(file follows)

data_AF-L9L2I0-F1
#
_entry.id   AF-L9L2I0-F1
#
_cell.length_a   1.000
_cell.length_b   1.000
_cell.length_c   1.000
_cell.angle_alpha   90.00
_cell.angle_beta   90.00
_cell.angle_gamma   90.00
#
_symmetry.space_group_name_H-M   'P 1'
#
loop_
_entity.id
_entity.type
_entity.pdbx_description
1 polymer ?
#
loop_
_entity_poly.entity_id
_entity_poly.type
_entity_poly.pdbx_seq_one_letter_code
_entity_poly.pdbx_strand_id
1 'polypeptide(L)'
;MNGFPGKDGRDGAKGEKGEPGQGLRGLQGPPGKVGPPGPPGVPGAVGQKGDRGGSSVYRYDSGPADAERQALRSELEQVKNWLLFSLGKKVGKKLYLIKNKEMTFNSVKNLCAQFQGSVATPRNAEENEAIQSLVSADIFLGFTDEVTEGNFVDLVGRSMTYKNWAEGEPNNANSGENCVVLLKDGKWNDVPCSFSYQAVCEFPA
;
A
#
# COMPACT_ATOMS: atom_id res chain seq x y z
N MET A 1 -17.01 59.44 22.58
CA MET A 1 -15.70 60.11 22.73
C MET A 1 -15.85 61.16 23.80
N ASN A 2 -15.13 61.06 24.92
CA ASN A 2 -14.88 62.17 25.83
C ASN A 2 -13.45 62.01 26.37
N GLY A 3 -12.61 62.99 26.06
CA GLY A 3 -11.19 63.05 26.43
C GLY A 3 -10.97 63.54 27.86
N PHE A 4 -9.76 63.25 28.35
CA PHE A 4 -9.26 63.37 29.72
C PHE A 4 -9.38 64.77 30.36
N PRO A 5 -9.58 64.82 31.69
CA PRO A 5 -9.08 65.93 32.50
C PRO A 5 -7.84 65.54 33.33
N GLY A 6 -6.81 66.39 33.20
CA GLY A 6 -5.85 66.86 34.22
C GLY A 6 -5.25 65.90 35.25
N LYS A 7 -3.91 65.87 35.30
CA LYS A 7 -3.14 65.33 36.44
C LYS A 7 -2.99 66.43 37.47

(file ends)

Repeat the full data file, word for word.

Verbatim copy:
data_AF-L9L2I0-F1
#
_entry.id   AF-L9L2I0-F1
#
_cell.length_a   1.000
_cell.length_b   1.000
_cell.length_c   1.000
_cell.angle_alpha   90.00
_cell.angle_beta   90.00
_cell.angle_gamma   90.00
#
_symmetry.space_group_name_H-M   'P 1'
#
loop_
_entity.id
_entity.type
_entity.pdbx_description
1 polymer ?
#
loop_
_entity_poly.entity_id
_entity_poly.type
_entity_poly.pdbx_seq_one_letter_code
_entity_poly.pdbx_strand_id
1 'polypeptide(L)'
;MNGFPGKDGRDGAKGEKGEPGQGLRGLQGPPGKVGPPGPPGVPGAVGQKGDRGGSSVYRYDSGPADAERQALRSELEQVKNWLLFSLGKKVGKKLYLIKNKEMTFNSVKNLCAQFQGSVATPRNAEENEAIQSLVSADIFLGFTDEVTEGNFVDLVGRSMTYKNWAEGEPNNANSGENCVVLLKDGKWNDVPCSFSYQAVCEFPA
;
A
#
# COMPACT_ATOMS: atom_id res chain seq x y z
N MET A 1 -17.01 59.44 22.58
CA MET A 1 -15.70 60.11 22.73
C MET A 1 -15.85 61.16 23.80
N ASN A 2 -15.13 61.06 24.92
CA ASN A 2 -14.88 62.17 25.83
C ASN A 2 -13.45 62.01 26.37
N GLY A 3 -12.61 62.99 26.06
CA GLY A 3 -11.19 63.05 26.43
C GLY A 3 -10.97 63.54 27.86
N PHE A 4 -9.76 63.25 28.35
CA PHE A 4 -9.26 63.37 29.72
C PHE A 4 -9.38 64.77 30.36
N PRO A 5 -9.58 64.82 31.69
CA PRO A 5 -9.08 65.93 32.50
C PRO A 5 -7.84 65.54 33.33
N GLY A 6 -6.81 66.39 33.20
CA GLY A 6 -5.85 66.86 34.22
C GLY A 6 -5.25 65.90 35.25
N LYS A 7 -3.91 65.87 35.30
CA LYS A 7 -3.14 65.33 36.44
C LYS A 7 -2.99 66.43 37.47